As a result of the long range transportation planning process, selected projects receive approval for federal funding and progress towards project planning and construction under the responsibility of local jurisdictions or state transportation agencies. These state and local organizations have their own policies to ensure LEP individuals can participate in the process that shapes where, how and when a specific transportation project is implemented.
FACTOR 4. THE RESOURCES AVAILABLE AND OVERALL MPO COST
Given the size of the LEP population in the MPO area, the current financial constraints of the MPO and the expense of full multi-language translations of large transportation plan documents and maps which have frequent changes and are not often used by the public, translation of MPO documents is not considered to be warranted at this time.
The MPO will continue efforts to collaborate with state and local agencies to provide language translation and interpretation services when practical and funding is available. Spanish and other language outreach materials from organizations such as federal, state, and local transportation agencies will be used when possible. The MPO will monitor increases in the LEP population and adjust its LEP policy accordingly. If warranted in the future, the MPO will consider new techniques to reach the LEP population, such as (1) the translation of executive summaries for key MPO documents, such as the Long Range Transportation Plan, the Transportation Improvement Program, and the Public Involvement Plan, and (2) the translation of document summaries, brochures or newsletters, which are designed to capture significant points of the full document. Additionally, the MPO currently has an employee that is fluent in both English and Spanish. In addition, Collier County Growth Management Division and the Alternative Transportation Modes Department have employees fluent in English, Spanish and Haitian Creole, and are available as interpreters as needed.
MEETING THE REQUIREMENTS
Engaging the diverse population within the MPO area is important. The MPO is committed to providing quality services to all citizens, including those with limited English proficiency. All language access activities detailed below will be coordinated in collaboration with the MPO Board and staff.
SAFE HARBOR STIPULATION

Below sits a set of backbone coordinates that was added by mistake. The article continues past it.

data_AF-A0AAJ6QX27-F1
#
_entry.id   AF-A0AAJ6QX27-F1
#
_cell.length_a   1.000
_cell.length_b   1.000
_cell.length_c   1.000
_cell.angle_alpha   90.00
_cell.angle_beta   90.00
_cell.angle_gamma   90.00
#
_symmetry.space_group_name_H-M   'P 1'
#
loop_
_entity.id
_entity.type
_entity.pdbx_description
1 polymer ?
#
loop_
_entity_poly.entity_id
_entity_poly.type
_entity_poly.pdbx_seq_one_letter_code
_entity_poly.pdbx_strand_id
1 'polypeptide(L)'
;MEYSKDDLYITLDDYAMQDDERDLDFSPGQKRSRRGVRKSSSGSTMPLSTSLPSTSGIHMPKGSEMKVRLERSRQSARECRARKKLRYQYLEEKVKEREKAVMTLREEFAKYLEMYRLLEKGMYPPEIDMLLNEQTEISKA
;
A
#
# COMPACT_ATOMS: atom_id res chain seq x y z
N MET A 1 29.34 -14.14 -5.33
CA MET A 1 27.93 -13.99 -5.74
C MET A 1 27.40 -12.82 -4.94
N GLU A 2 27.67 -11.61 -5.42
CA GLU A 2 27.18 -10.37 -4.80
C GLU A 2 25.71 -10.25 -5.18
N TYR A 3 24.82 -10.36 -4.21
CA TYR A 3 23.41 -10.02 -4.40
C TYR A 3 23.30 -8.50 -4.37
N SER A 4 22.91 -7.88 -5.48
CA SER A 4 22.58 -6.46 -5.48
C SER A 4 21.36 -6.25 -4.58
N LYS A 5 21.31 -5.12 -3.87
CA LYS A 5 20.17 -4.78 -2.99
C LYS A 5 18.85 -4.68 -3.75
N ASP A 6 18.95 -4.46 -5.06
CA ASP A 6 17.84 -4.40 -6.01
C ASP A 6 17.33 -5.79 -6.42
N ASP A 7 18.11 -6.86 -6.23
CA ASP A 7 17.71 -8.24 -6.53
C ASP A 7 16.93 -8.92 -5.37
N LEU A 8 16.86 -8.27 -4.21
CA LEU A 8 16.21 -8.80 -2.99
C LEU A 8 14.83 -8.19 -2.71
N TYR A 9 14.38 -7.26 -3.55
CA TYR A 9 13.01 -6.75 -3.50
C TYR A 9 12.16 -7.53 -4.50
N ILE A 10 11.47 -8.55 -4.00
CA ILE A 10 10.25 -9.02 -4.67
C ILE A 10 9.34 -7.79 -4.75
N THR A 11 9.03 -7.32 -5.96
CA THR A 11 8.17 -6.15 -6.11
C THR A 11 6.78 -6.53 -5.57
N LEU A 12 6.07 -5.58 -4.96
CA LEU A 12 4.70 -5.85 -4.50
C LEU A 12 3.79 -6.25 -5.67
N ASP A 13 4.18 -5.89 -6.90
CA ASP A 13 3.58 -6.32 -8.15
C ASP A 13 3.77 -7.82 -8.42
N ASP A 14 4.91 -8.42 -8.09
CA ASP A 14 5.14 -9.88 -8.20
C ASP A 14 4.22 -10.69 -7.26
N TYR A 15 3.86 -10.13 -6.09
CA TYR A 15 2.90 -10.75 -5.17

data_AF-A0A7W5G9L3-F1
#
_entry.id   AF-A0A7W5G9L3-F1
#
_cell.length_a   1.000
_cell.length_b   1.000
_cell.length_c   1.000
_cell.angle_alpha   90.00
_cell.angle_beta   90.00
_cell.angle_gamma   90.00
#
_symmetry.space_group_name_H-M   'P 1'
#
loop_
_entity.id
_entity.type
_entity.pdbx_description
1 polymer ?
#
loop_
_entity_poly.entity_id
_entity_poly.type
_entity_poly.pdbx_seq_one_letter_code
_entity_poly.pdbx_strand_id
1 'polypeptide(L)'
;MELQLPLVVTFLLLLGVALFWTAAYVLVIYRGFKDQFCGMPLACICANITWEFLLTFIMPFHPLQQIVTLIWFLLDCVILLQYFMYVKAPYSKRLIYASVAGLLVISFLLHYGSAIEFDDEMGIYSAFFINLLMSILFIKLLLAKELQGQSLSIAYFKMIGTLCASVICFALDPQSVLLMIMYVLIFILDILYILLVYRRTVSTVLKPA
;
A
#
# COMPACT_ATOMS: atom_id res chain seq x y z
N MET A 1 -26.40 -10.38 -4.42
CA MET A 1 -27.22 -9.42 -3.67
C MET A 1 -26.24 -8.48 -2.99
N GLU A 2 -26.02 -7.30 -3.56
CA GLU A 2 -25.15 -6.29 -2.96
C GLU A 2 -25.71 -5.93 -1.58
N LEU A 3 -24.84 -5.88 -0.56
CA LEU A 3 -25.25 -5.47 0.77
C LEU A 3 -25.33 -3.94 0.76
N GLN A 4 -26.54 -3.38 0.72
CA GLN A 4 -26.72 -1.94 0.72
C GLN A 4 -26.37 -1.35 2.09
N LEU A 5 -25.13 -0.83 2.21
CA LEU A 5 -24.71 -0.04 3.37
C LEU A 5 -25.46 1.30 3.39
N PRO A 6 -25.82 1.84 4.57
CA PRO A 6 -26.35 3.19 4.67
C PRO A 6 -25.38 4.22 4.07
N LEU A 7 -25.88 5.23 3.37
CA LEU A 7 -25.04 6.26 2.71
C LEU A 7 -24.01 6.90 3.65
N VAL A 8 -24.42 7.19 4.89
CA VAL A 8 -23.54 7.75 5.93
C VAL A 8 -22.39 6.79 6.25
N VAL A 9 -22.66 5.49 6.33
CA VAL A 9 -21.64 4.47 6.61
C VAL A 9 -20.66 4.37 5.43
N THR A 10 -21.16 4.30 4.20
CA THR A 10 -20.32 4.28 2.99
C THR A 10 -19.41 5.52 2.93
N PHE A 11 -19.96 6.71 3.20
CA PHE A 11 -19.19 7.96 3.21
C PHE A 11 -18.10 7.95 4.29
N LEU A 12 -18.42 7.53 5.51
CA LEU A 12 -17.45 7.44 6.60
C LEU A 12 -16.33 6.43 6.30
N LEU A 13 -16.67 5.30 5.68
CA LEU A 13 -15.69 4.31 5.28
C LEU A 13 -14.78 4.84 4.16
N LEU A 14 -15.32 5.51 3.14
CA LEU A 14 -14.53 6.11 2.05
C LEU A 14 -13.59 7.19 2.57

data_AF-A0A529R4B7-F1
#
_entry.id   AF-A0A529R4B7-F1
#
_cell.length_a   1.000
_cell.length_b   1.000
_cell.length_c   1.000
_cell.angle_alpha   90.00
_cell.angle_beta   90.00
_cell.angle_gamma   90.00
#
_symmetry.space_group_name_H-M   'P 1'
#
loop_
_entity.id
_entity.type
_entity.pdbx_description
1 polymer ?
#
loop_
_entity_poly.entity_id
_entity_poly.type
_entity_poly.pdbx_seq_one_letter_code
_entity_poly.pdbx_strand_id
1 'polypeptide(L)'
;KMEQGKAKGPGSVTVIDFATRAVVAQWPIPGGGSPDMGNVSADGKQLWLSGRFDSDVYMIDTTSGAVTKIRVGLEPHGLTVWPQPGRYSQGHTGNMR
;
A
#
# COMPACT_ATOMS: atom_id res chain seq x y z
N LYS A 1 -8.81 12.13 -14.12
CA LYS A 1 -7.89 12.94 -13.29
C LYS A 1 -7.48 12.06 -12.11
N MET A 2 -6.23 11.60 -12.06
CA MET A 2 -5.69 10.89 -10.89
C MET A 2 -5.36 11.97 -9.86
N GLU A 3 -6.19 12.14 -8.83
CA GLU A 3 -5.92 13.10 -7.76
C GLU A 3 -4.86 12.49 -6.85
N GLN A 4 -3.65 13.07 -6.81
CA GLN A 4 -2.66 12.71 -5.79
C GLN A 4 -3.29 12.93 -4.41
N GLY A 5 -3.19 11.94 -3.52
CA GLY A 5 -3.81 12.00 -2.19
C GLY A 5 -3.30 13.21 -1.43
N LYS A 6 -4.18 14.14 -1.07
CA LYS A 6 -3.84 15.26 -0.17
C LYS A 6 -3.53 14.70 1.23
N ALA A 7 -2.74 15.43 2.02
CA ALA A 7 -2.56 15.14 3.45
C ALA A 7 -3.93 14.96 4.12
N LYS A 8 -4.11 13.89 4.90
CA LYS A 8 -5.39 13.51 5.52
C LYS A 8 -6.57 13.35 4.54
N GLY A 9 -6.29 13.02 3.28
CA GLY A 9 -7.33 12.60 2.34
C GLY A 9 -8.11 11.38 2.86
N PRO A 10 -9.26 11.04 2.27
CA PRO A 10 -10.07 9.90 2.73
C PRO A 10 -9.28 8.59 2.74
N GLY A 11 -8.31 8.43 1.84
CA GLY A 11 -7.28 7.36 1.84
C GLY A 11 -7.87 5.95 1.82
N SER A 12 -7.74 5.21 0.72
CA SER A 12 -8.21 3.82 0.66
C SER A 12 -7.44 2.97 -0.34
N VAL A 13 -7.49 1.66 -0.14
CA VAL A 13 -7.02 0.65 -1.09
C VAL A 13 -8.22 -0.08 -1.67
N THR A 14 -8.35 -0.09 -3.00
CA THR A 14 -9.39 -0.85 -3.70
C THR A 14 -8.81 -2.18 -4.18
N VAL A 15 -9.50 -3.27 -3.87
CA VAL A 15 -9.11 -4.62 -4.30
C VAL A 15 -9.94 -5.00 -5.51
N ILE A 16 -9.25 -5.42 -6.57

Federal law provides a ‘safe harbor’ stipulation so recipients of federal funding can ensure compliance with their obligation to provide written translations in languages other than English with greater certainty. A ‘safe harbor’ means that as long as a recipient (the MPO) has created a plan for the provision of written translations under a specific set of circumstances, such action will be considered strong evidence of compliance with written translation obligations under Title VI.
However, failure to provide written translations under the circumstances does not mean there is noncompliance, but rather provides for recipients a guide for greater certainty of compliance in accordance with the four-factor analysis. Evidence of compliance with the recipient’s written translation obligations under ‘safe harbor’ includes providing written translations of vital documents for each eligible LEP language group that constitutes 5% or 1,000 persons, whichever is less of eligible persons served or likely to be affected. (Note: At this time, data on area language groups indicates that this requirement does not apply.) Translation also can be provided orally. The ‘safe harbor’ provision applies to the translation of written documents only. It does not affect the requirement to provide meaningful access to LEP individuals through competent oral interpreters where oral language services are needed and reasonable to provide.
PROVIDING NOTICE TO LEP PERSONS
US DOT guidance indicates that once an agency has decided, based on the four factors, to provide language services, it is important that the recipient notify LEP persons of services available free of charge in a language the LEP persons would understand. Example methods for notification include:
- Signage that indicates when free language assistance is available with advance notice;
- Stating in outreach documents that language services are available;
- Working with community-based organizations and other stakeholders to inform LEP individuals of MPO services and the availability of language assistance;
- Using automated telephone voice mail or menu to provide information about available language assistance services;